Thursday, June 7, 2012

Why make vintage books into a purse? - by Linda Sienkiewicz

When I was a girl, a trip to the public library with my mother was a treat. I was taught not to write in the books or tear the pages. The smell of musty, yellow-paged books still fills me with fondness and nostalgia. I’m also a writer who has great reverence for the written word. So, why, someone once asked me, would I want to “destroy” an old book to make a purse? Aren’t I destroying something of value?

There is a misconception that rarity is always worth money, or that anything antique is rare, and therefore valuable. In the world of collectibles and antiques, value is determined by the item’s condition. Vintage books that have monetary value are usually first editions in pristine condition. It serves no purpose to recycle such a book into a purse because its value as a book would exceed its value as a purse or other object.
But the books that are falling apart, books where the fabric on the spine is worn through or the corners are bashed, where the pages are too brittle to turn or they have markings from previous readers, or the library books with pockets glued inside and numbers on the spine— these are the books worth upcycling.
It may surprise you to know that most books were not published with the intention of making a lasting product; otherwise, publishers wouldn’t have used cheap acidic board made from wood pulp for the covers because it actually causes the fabric cover to deteriorate. The spines of antique books were often lined with pages from other books. The pages yellow and turn brittle from high acidity of the paper they were printed on.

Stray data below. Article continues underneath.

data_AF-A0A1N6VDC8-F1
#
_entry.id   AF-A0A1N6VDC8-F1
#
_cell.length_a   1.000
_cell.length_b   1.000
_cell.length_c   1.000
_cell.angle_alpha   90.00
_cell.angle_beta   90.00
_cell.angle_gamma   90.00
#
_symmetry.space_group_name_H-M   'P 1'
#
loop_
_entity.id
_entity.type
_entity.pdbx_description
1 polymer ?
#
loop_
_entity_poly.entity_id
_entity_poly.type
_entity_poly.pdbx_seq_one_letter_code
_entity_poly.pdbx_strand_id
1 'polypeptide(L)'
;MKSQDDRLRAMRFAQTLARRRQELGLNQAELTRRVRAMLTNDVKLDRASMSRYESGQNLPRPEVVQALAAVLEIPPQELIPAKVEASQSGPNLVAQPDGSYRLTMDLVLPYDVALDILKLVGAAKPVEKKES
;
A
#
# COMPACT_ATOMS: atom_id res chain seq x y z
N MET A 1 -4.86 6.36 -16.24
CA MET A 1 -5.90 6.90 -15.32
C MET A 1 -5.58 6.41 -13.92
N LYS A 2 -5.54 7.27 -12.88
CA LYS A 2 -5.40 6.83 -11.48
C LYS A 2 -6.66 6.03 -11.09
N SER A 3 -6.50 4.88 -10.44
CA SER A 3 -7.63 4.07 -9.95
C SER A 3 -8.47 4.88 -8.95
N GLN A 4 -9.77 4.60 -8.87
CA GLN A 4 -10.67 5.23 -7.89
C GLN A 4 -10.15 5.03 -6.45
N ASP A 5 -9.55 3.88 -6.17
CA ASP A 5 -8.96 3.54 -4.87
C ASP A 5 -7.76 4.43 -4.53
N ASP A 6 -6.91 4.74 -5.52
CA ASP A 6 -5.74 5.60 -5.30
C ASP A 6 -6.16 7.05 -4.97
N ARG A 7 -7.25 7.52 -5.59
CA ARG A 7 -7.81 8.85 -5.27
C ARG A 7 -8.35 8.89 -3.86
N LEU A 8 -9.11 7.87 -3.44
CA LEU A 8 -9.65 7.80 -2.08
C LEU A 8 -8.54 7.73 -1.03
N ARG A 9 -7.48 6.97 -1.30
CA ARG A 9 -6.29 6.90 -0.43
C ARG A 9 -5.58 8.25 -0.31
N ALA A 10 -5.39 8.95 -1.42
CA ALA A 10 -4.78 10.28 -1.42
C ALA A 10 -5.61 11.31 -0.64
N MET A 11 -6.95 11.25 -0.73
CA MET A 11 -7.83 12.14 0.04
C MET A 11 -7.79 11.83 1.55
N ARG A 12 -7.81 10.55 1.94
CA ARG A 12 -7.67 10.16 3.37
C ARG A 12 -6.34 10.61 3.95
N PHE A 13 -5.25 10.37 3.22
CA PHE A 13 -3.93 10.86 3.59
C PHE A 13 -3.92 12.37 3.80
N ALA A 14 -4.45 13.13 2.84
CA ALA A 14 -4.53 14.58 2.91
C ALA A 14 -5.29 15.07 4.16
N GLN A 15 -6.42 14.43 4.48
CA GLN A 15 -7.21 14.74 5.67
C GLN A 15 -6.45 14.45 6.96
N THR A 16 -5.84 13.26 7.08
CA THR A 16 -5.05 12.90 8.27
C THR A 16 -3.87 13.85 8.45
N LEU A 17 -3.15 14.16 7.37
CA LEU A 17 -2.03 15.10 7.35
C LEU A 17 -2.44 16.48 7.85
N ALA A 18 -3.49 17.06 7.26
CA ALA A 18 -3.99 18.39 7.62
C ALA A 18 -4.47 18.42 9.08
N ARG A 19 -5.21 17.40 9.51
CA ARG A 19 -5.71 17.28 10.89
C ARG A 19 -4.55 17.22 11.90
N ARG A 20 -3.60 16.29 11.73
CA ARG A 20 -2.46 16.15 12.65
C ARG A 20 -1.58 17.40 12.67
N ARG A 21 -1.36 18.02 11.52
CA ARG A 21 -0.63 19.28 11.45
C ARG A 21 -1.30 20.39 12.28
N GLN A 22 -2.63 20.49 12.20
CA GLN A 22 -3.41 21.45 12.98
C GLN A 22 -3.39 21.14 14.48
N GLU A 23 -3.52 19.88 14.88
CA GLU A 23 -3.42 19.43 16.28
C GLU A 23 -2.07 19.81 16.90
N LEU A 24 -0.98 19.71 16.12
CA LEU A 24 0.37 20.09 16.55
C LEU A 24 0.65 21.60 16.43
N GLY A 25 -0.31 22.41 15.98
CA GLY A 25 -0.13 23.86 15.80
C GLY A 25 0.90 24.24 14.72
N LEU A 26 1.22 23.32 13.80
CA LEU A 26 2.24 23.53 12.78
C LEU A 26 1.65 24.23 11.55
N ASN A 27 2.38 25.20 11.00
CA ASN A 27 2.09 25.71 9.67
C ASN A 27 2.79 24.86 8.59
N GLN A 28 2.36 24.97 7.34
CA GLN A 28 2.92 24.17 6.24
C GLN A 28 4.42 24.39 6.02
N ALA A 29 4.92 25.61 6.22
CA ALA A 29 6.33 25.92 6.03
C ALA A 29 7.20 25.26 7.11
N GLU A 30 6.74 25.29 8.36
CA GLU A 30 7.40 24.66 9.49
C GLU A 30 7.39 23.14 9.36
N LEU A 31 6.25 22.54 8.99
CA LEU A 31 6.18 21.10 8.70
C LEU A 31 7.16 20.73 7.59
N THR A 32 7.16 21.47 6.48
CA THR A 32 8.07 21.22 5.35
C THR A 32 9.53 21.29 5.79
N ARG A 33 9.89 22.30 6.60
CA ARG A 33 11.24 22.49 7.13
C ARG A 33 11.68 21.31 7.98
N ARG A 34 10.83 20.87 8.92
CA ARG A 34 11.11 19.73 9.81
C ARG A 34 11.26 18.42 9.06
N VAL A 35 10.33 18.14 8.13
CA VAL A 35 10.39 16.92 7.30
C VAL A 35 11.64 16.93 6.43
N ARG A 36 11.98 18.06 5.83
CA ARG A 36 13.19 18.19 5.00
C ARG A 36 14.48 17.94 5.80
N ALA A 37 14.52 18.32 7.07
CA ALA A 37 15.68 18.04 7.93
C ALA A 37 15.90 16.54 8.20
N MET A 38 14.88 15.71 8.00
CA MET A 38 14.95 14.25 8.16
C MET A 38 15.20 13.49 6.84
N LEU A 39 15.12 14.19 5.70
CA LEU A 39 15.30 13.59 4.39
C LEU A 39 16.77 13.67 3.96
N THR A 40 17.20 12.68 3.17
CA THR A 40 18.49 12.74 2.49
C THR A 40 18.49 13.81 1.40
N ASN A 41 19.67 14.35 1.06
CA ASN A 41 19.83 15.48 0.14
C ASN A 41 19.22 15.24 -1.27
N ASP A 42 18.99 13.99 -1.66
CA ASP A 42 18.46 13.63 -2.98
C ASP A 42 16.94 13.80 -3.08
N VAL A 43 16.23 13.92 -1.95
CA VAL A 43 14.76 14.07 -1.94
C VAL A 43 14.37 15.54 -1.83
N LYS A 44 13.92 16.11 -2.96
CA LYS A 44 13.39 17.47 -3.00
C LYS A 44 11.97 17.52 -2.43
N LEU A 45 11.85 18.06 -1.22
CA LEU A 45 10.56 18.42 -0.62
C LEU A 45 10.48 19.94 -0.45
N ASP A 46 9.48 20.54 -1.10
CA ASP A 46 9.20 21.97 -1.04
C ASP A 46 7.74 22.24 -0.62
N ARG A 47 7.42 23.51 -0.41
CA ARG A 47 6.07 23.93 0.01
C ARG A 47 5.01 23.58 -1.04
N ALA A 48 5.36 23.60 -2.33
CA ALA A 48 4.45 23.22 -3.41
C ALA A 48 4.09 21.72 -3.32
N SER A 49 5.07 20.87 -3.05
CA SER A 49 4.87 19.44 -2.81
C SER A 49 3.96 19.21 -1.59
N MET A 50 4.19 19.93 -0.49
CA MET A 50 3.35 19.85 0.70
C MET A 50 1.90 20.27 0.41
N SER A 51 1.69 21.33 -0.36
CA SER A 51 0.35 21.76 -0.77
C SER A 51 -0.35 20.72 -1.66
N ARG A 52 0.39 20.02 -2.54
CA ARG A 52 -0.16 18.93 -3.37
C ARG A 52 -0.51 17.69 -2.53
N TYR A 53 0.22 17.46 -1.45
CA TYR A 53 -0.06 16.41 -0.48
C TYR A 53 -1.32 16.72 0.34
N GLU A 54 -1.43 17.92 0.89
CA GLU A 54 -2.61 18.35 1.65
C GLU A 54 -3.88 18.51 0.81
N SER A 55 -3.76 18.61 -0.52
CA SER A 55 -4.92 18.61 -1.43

I’ve found food stains, rings from coffee cups, and water damage on book covers, but the worst is library stickers. Cleaning books isn’t easy, as often the dye on the fabric comes right out with certain cleaning agents. Sometimes I resort to repainting a portion of a book to match, which is difficult, considering the color of a book is affected by grime and fading from the sun, and the spine is often several shades lighter than the front or back.

The vintage look (I like to call it a patina) is part of what makes the books unique—there is history, a story beyond the written story. What better way to honor these books than by turning them into something useful that, at the same time, shows off their beauty?
About the story, people ask me what I do with the pages. I rebind some books and add them to my own library. With others, I make greeting cards and book markers. Anything else goes into my recycle bin, where it is eventually recycled into something useful. There’s no shame in a brown paper bag.

A book purse is something that shows the owner’s love of literature or vintage goods—a highly original and unique accessory that can be enjoyed for many years. I’ve climbed many ladders at used book stores and rummaged through boxes at used book sales to find my treasures. I like to think I give new life to the forgotten relics that I’ve rescued.

This was written by Linda Sienkiewicz and published on her behalf. All photos shown are prober of the author and not to be copied or reproduced in any manner without her prior consent.

To see more of Linda's work or to contact her please visit:
RokkiHandbags - Linda's Shop on Etsy
Her Web Site
Her Blog

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